By Memorandum Order entered by The Honorable Richard G. Andrews in HSM Portfolio LLC, et al. v. Elpida Memory Inc., et al., Civil Action No. 11-770-RGA (D.Del., February 11, 2016), the Court, among other things, granted Defendant’s motion to strike (D.I. 1049)  with respect to the new infringement theory for the ‘949 patent raised in Plaintiffs Expert’s Reply Infringement Report.

In its motion to strike, Defendant contended that, in Plaintiffs Expert’s Initial Infringement Report, Plaintiffs only “accused Micron’s 6T SRAM memory cells of infringing the ‘949 patent, and not a ‘sense amplifier’ that would sense the output from those memory cells.” Id. at *5.  Defendant then contended that, in Plaintiffs Expert’s Reply Infringement Report, “Plaintiffs accused an entirely new circuit – a ‘sense amplifier.’” Id. Plaintiffs responded by stating that their expert and Defendant’s expert disagreed regarding what constitutes a sense amplifier.  Id.  However, Plaintiffs conceded that the sense amplifier referred to in their Expert’s Reply Infringement Report was not charted in Plaintiffs Expert’s Initial Infringement Report or included in the invalidity contentions. Id.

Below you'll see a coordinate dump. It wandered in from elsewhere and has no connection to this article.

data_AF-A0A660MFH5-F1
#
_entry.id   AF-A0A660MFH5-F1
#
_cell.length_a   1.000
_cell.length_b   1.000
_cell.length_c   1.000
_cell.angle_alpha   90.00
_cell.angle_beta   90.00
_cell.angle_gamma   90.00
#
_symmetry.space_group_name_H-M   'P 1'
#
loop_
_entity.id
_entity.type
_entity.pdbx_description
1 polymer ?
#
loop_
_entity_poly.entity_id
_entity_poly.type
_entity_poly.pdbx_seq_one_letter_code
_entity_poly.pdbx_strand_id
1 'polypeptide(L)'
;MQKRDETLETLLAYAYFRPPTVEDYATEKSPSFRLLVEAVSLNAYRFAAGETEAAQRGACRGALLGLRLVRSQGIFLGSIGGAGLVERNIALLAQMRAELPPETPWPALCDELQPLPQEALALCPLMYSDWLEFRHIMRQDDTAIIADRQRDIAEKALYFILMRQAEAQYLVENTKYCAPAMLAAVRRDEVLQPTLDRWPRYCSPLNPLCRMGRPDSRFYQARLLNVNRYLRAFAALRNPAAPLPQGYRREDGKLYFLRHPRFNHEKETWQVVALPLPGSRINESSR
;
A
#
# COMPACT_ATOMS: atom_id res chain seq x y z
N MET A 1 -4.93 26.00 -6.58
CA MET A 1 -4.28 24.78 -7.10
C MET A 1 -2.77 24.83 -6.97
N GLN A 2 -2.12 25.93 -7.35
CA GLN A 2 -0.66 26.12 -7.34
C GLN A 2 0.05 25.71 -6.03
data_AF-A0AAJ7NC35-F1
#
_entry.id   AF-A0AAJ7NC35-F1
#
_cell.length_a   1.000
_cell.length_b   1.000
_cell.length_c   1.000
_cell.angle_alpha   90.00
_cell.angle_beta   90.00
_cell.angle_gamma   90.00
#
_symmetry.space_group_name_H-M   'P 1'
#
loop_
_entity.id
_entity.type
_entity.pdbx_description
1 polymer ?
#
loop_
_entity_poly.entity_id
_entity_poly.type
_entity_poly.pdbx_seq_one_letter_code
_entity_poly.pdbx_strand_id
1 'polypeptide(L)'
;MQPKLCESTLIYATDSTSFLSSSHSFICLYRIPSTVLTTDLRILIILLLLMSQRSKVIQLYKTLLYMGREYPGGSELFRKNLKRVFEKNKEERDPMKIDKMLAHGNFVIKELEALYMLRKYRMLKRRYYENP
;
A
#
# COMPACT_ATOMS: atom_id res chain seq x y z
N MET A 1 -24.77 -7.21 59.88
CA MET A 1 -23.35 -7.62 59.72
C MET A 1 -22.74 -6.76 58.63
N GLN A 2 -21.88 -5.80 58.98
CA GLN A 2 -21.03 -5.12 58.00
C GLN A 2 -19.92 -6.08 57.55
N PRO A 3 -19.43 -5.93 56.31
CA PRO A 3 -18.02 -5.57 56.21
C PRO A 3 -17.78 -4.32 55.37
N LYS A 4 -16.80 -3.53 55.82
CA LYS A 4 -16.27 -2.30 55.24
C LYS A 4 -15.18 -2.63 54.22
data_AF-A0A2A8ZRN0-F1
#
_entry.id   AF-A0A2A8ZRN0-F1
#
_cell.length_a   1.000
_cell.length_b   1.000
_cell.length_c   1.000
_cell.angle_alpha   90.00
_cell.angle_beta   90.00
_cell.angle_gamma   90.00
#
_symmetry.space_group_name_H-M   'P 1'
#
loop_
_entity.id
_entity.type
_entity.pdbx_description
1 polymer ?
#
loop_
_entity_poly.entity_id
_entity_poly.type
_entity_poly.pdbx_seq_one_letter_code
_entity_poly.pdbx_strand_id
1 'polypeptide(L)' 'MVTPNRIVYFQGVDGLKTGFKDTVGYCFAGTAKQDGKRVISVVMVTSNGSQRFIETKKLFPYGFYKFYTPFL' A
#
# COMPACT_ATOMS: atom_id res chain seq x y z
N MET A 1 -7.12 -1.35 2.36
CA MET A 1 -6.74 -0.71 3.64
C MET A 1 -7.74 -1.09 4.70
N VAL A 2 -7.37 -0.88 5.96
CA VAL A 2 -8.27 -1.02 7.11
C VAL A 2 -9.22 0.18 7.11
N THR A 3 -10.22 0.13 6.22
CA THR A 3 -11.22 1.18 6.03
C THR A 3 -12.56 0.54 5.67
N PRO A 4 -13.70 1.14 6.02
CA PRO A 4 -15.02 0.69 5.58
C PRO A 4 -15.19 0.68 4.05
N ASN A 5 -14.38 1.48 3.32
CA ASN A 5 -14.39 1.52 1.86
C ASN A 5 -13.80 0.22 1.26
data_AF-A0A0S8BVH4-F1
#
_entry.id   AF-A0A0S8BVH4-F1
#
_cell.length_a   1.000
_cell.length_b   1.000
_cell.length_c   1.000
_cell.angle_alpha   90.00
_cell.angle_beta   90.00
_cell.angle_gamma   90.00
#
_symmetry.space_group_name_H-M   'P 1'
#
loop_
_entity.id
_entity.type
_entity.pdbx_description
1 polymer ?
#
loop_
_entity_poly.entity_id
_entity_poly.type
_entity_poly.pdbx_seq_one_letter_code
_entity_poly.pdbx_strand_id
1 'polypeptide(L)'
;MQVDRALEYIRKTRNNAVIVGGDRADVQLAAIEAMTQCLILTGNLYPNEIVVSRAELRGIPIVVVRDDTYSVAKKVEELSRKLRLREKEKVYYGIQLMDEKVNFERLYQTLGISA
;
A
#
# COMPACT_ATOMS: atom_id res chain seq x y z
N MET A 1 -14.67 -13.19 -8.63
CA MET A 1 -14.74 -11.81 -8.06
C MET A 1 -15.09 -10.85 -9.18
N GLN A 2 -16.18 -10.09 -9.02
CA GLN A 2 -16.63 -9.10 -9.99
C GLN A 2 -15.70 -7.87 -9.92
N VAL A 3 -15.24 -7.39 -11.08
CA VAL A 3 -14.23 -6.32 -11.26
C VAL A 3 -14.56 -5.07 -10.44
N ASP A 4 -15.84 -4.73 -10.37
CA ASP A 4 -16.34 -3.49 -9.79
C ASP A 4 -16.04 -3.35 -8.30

The Court concluded that Plaintiffs should not be permitted to advance a new infringement theory in their reply report. Id. The court noted that, while it is true that Defendant filed a supplemental non-infringement report that responded to this new infringement theory, it was not convinced that was sufficient to cure the prejudice. Id. at *5-6.

A copy of the Memorandum Order is attached.

The takeaway from the case in general is that counsel and their infringement experts should be working together to make sure that they are identifying and charting all of the accused products during discovery in the action and are updating and supplementing the pleadings and discovery responses as necessary so that there can be no legitimate motions to strike asserting claims of new infringement theories after the close of discovery.